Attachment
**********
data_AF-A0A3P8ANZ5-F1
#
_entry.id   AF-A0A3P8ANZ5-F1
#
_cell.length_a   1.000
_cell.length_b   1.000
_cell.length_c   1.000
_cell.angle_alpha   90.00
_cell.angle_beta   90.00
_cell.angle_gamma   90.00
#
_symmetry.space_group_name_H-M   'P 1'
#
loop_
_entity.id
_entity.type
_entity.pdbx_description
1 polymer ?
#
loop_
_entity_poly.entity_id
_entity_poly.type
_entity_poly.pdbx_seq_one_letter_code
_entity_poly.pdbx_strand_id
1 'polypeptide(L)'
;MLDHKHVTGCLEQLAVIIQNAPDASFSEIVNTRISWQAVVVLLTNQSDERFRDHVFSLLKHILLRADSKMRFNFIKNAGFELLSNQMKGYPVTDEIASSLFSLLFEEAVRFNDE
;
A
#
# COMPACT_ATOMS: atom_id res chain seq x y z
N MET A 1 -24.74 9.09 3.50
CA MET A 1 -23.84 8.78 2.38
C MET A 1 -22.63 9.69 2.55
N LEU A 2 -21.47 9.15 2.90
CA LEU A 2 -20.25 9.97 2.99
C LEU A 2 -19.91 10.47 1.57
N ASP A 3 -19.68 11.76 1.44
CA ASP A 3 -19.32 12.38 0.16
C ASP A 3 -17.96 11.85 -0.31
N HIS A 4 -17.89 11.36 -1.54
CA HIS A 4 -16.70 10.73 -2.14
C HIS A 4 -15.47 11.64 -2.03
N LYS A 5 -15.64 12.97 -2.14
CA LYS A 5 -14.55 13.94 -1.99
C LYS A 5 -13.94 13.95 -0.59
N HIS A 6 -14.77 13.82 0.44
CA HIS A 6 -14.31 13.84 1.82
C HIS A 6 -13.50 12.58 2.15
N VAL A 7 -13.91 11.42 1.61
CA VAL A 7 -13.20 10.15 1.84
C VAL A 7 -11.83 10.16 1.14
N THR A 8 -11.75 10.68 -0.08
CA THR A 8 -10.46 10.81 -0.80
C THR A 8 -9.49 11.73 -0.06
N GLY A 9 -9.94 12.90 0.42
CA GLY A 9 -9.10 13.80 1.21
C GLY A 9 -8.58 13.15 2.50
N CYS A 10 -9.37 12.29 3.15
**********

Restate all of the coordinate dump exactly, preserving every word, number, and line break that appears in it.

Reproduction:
data_AF-A0A3P8ANZ5-F1
#
_entry.id   AF-A0A3P8ANZ5-F1
#
_cell.length_a   1.000
_cell.length_b   1.000
_cell.length_c   1.000
_cell.angle_alpha   90.00
_cell.angle_beta   90.00
_cell.angle_gamma   90.00
#
_symmetry.space_group_name_H-M   'P 1'
#
loop_
_entity.id
_entity.type
_entity.pdbx_description
1 polymer ?
#
loop_
_entity_poly.entity_id
_entity_poly.type
_entity_poly.pdbx_seq_one_letter_code
_entity_poly.pdbx_strand_id
1 'polypeptide(L)'
;MLDHKHVTGCLEQLAVIIQNAPDASFSEIVNTRISWQAVVVLLTNQSDERFRDHVFSLLKHILLRADSKMRFNFIKNAGFELLSNQMKGYPVTDEIASSLFSLLFEEAVRFNDE
;
A
#
# COMPACT_ATOMS: atom_id res chain seq x y z
N MET A 1 -24.74 9.09 3.50
CA MET A 1 -23.84 8.78 2.38
C MET A 1 -22.63 9.69 2.55
N LEU A 2 -21.47 9.15 2.90
CA LEU A 2 -20.25 9.97 2.99
C LEU A 2 -19.91 10.47 1.57
N ASP A 3 -19.68 11.76 1.44
CA ASP A 3 -19.32 12.38 0.16
C ASP A 3 -17.96 11.85 -0.31
N HIS A 4 -17.89 11.36 -1.54
CA HIS A 4 -16.70 10.73 -2.14
C HIS A 4 -15.47 11.64 -2.03
N LYS A 5 -15.64 12.97 -2.14
CA LYS A 5 -14.55 13.94 -1.99
C LYS A 5 -13.94 13.95 -0.59
N HIS A 6 -14.77 13.82 0.44
CA HIS A 6 -14.31 13.84 1.82
C HIS A 6 -13.50 12.58 2.15
N VAL A 7 -13.91 11.42 1.61
CA VAL A 7 -13.20 10.15 1.84
C VAL A 7 -11.83 10.16 1.14
N THR A 8 -11.75 10.68 -0.08
CA THR A 8 -10.46 10.81 -0.80
C THR A 8 -9.49 11.73 -0.06
N GLY A 9 -9.94 12.90 0.42
CA GLY A 9 -9.10 13.80 1.21
C GLY A 9 -8.58 13.15 2.50
N CYS A 10 -9.37 12.29 3.15